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Sexual function in women on estradiol or venlafaxine for hot flushes: a randomized controlled trial.

Author(s): Reed SD(1), Mitchell CM, Joffe H, Cohen L, Shifren JL, Newton KM, Freeman EW, Larson JC, Manson JE, LaCroix AZ, Guthrie KA.

Affiliation(s): Author information: (1)Departments of Obstetrics and Gynecology and Epidemiology, University of Washington School of Medicine, the Group Health Research Institute, and the Data Coordinating Center, Fred Hutchinson Cancer Research Center, Seattle, Washington; the Departments of Psychiatry and Medicine, Brigham and Women's Hospital, the Departments of Psychiatry and Obstetrics and Gynecology, Massachusetts General Hospital, and Harvard Medical School, Boston, Massachusetts; and the Departments of Obstetrics and Gynecology and Psychiatry, University of Pennsylvania Perelman School of Medicine, Philadelphia, Pennsylvania.

Publication date & source: 2014, Obstet Gynecol. , 124(2 Pt 1):233-41

OBJECTIVE: To evaluate sexual function in midlife women taking low-dose oral estradiol or venlafaxine for hot flushes. METHODS: In an 8-week randomized controlled trial among women aged 40-62 years, sexual function was compared between 0.5 mg oral estradiol per day or 75 mg venlafaxine per day (both compared with a placebo). Measures included composite and six domain scores from the Female Sexual Function Index and sexually related personal distress. RESULTS: Participants were aged 54.6 years (standard deviation [SD] 3.8) years, 59% white, with 8.1 (SD 5.3) daily hot flushes. Median composite baseline Female Sexual Function Index score was 16.3 (SD 11.9, n=256) for all women and 21.7 (SD 9.3, n=198) among sexually active women. Composite mean Female Sexual Function Index change from baseline to week 8 was 1.4 (95% confidence interval [CI] -0.4 to 3.2) for estradiol, 1.1 (95% CI -0.5 to 2.7) for venlafaxine, and -0.3 (95% CI -1.6 to 1.0) for placebo. Composite Female Sexual Function Index and sexually related distress change from baseline did not differ between estradiol and placebo (P=.38, P=.30) or venlafaxine and placebo (P=.79, P=.48). Among sexually active women, Female Sexual Function Index domain score change from baseline differences (active compared with placebo) in desire was 0.3 (95% CI 0.0-0.6) for estradiol, -0.6 (95% CI -1.2 to 0.0) in orgasm for venlafaxine, and 0.9 (95% CI 0.2-1.6) in penetration pain for venlafaxine. No women reported adverse events related to sexual dysfunction. CONCLUSION: Overall sexual function among nondepressed midlife women experiencing hot flushes did not change over 8 weeks with low-dose oral estradiol or venlafaxine (compared with placebo), although a subtle increase in desire (estradiol) and decreases in orgasm and pain (venlafaxine) may exist. CLINICAL TRIAL REGISTRATION: ClinicalTrials.gov, www.clinicaltrials.gov, NCT01418209. LEVEL OF EVIDENCE: I.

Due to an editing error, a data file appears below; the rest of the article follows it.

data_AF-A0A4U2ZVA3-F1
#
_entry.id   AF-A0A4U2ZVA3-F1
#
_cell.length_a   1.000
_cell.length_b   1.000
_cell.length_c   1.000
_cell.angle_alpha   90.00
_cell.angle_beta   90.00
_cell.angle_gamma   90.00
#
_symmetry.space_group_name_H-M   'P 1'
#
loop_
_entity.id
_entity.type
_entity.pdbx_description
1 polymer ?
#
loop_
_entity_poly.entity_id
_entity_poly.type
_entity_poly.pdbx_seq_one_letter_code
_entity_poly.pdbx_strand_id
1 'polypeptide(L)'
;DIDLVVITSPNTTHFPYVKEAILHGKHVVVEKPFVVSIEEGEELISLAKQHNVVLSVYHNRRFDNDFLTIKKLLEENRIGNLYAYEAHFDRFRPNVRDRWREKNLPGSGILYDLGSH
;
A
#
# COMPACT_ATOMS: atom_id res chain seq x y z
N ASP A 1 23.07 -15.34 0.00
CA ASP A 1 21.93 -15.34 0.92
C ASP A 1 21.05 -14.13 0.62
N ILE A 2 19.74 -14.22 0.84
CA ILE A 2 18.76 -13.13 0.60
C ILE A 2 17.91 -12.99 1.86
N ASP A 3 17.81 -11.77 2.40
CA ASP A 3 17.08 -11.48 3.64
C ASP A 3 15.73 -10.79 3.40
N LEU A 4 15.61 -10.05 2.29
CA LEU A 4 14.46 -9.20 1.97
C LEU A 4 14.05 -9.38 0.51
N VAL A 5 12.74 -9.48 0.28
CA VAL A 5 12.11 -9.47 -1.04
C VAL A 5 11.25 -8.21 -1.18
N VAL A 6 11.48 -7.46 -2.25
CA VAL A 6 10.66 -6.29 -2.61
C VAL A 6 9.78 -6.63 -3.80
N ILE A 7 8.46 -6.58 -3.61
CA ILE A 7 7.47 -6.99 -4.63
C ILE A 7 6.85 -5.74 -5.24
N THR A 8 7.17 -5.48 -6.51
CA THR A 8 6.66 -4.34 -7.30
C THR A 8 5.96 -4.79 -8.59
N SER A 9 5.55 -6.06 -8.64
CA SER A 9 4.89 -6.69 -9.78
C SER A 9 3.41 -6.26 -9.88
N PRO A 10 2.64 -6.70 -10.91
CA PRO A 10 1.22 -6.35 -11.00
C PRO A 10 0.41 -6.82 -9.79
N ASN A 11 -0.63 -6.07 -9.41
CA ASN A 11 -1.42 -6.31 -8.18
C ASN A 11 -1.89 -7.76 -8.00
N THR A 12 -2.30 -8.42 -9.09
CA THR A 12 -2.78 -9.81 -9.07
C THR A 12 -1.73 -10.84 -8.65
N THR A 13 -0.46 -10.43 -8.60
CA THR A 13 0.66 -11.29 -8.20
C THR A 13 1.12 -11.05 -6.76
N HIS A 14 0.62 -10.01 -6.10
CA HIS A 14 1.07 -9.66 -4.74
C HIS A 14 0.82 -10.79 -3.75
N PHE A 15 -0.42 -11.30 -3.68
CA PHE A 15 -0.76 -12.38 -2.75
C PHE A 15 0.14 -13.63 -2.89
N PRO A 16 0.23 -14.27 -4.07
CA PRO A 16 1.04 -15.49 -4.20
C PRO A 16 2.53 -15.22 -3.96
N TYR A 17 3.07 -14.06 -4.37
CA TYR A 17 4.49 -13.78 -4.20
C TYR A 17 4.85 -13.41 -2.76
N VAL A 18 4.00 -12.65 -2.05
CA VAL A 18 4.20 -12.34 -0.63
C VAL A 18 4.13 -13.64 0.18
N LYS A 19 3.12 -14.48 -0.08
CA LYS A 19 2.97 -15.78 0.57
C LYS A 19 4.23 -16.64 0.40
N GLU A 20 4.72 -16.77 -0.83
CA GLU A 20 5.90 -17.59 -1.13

Page last updated: 2014-11-30

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